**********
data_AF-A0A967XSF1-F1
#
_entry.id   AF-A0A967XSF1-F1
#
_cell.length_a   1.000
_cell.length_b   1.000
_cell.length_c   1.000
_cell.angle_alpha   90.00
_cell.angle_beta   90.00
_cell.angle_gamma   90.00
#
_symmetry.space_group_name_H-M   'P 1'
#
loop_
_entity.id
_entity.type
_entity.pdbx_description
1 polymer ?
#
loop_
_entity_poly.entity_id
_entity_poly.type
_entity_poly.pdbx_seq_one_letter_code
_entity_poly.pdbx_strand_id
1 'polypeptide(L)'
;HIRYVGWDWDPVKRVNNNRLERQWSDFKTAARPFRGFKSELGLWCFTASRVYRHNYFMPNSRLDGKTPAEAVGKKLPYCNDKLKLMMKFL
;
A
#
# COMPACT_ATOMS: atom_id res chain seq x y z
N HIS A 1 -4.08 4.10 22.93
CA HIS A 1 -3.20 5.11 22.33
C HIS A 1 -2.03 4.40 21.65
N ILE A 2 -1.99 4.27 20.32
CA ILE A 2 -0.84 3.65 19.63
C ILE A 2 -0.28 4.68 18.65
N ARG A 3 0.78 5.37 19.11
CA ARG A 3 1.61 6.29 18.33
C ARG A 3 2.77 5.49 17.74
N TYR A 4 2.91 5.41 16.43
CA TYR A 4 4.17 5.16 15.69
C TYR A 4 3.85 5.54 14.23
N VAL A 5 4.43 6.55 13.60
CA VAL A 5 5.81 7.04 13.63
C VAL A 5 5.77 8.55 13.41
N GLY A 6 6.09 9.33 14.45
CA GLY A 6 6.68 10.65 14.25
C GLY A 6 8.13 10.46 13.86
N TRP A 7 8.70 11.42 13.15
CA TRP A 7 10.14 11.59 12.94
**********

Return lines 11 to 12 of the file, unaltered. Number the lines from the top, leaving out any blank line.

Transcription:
#
_symmetry.space_group_name_H-M   'P 1'